Evolving Beyond High-functioning Addiction
Deep Fix №18
When I lived deep inside a chemical dependency, I did not have the presence of mind to do many things. Paying bills, wiping coke residue off my nose at social gatherings, and watering plants were outside of my capacity. There was a stretch where I mainly ate Nerds Rope, drank Coca-Cola, and forgot to brush my teeth. Hence the joke in A.A./N.A. to ensure you take your “14th Step”—going to the dentist. And don’t even get me started on the predatory so-called “13th Step”—sleeping with a newcomer.
One thing I was sure about, however, was that I was a “high-functioning” addict (an “HFA”). I’ve written extensively about how addicts, especially those of the privileged variety, believe that they possess superhuman qualities. That they are special, distinct from the folks shooting dope huddled up on the street. My own notions of superiority prevented me from getting help for many years. I ineffectively sought hybrid treatment in secret, unable to face the fear of my colleagues and friends finding out the (glaringly obvious) reality of my existence.
The term high-functioning addiction is often used to describe such an addict who can maintain a respectable, even high-profile life, usually with a home, family, job, and friends. Typically, HFA’s carry this juggling act until something nasty happens when, finally, the truth is revealed to themselves and others.
As I continue to study addiction and mental health, my thoughts about “high-functioning addiction” have evolved. A revisiting is due.
First, should we even call it ‘high-functioning’ addiction?
Whether or not you are an addict, chances are someone you care about is, and this disorder has touched you. The language we use to describe addiction is essential. Nuance is welcome.
(Read one of my early addiction essays to understand why I believe it's outdated and inaccurate to describe addiction as a “disease.” Also of note: when I use the term “addiction,” it includes alcoholics since they are addicted to alcohol.)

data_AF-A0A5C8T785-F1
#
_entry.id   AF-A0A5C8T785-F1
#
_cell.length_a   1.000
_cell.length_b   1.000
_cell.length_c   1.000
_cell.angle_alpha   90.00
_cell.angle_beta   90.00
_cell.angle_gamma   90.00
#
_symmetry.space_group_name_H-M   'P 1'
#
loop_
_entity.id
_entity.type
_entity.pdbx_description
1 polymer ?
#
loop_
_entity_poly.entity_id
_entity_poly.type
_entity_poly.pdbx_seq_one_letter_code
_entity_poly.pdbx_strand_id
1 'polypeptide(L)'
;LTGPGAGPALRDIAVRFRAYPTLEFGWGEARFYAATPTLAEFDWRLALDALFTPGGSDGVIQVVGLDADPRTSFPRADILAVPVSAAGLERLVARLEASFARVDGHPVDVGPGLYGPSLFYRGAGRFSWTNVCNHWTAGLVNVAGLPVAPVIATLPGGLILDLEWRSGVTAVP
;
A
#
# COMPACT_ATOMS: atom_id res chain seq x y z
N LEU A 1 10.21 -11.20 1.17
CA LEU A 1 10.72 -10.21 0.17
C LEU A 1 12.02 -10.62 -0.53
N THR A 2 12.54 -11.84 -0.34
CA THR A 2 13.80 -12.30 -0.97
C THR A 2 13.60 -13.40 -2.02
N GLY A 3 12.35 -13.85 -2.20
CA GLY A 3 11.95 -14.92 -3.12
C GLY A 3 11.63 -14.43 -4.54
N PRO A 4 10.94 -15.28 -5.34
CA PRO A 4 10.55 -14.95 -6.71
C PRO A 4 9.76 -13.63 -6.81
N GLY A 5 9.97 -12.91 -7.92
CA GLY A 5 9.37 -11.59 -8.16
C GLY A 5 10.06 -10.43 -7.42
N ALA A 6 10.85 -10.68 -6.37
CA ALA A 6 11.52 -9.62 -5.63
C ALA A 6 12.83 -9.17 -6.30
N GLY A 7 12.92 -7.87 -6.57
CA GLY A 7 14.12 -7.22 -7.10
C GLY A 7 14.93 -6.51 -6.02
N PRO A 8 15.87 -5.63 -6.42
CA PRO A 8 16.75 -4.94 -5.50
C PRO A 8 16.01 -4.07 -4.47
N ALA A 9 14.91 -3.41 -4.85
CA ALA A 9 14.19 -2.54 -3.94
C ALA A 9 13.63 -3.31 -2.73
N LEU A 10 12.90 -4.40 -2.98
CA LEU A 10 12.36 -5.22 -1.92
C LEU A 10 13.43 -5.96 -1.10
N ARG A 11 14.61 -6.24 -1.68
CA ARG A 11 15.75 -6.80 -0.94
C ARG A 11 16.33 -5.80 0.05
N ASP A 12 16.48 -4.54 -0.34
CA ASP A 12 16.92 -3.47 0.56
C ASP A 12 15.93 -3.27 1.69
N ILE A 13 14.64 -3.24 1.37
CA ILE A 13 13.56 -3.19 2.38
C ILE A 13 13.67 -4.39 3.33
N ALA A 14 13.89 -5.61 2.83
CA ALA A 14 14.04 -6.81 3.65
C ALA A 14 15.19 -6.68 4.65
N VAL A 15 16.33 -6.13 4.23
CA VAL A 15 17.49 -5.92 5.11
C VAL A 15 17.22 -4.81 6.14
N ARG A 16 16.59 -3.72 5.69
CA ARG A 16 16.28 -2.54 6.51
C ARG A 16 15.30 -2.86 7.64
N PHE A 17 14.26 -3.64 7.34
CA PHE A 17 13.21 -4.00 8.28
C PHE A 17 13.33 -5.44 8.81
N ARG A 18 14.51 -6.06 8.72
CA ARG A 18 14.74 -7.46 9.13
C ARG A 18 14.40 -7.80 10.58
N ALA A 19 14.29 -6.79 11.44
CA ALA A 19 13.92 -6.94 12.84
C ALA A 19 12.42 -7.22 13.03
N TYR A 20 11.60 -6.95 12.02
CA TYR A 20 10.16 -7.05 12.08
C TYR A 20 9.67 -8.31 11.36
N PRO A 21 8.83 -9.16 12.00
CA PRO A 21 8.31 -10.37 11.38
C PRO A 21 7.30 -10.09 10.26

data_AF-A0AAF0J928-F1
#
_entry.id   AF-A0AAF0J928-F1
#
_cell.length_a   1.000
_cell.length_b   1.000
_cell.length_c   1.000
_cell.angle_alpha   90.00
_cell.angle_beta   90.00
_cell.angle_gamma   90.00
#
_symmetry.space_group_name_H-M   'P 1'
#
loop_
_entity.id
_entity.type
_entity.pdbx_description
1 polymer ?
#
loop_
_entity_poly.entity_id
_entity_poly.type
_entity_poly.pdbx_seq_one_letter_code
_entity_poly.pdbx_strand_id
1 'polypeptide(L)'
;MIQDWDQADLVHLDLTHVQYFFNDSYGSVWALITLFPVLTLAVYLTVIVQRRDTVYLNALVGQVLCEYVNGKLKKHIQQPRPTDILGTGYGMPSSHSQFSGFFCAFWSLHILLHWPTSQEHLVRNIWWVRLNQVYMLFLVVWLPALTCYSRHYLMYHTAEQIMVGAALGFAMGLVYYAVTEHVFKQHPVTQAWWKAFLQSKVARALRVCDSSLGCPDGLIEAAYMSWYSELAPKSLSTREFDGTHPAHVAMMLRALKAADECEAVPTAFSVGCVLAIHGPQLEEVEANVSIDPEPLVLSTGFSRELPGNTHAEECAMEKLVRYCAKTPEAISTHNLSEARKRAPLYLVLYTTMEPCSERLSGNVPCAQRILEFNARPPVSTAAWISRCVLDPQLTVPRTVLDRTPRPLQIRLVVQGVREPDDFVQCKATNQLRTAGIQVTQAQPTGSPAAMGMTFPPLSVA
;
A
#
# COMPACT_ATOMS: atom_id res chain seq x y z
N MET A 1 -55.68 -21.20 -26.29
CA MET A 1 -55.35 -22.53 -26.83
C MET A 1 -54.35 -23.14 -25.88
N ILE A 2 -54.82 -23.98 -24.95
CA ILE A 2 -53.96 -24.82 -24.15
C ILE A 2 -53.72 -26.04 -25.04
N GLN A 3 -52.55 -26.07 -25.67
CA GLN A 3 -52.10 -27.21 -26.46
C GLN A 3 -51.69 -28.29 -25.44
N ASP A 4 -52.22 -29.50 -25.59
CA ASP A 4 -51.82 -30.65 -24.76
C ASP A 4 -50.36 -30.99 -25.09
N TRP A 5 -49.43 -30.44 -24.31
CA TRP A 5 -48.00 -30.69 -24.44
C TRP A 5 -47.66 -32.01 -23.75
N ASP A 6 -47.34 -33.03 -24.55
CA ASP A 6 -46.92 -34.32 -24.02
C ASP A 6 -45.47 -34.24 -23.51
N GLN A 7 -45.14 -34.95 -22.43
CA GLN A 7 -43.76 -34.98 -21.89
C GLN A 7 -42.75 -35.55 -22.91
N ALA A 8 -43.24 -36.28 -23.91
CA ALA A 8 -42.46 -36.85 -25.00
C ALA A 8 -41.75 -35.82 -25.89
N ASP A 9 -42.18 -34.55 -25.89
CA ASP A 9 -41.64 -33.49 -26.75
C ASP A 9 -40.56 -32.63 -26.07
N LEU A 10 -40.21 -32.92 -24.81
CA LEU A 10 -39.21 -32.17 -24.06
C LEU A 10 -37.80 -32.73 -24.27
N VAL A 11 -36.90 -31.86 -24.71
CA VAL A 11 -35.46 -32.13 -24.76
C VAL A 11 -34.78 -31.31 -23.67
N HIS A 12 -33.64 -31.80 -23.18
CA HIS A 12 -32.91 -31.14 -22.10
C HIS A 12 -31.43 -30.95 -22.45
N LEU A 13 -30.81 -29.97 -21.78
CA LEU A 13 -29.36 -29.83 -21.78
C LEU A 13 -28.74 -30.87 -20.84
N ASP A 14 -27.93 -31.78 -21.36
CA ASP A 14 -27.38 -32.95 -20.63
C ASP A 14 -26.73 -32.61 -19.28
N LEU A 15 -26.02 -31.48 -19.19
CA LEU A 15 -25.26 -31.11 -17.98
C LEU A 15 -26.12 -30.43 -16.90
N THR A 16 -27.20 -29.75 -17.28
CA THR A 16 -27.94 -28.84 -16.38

Nearly all addictions begin as “high-functioning” ones. But without treatment, an intervention, or the rare “one day, I just decided to quit drinking!” personal change (bless their hearts), addiction will not stay “high-functioning” for long.
Towards the end of my rope, when I was jobless, on the brink of divorce, and broke, I was no longer “functioning”—by anyone’s standards. That is partially why my experience with addiction and recovery produced lasting change: an egotistical Ivy League technocrat, like myself, was properly humbled. It turns out, my degree from the School of Hard Motherfucking Knocks was far more valuable to my development than any fancy diploma. I was schooled to the point where my heart, mind, and spirit knew no difference between anyone. The walls of separation dissolved, with each ego death drawing me further away from my identity as a productive member of the working class.
So, what are we saying when we describe ourselves as “high-functioning” addicts?
We are signaling our social status. We are differentiating ourselves from “low-functioning” addicts (“LFA’s”).
To be even blunter: the term high-functioning addict describes sick, addicted people who are still capable of producing capitalistic value.
It differentiates between the wealthy and the poor, creating a false dichotomy between the two. The term is a woeful reflection of our values.
In a sense, HFA’s are an even sadder story than LFA’s because they are under the illusion that their economic output renders them more worthwhile than their “counterparts.” Yet, in truth, both HFA’s and LFA’s are sick, often highly traumatized people incapable of handling their suffering.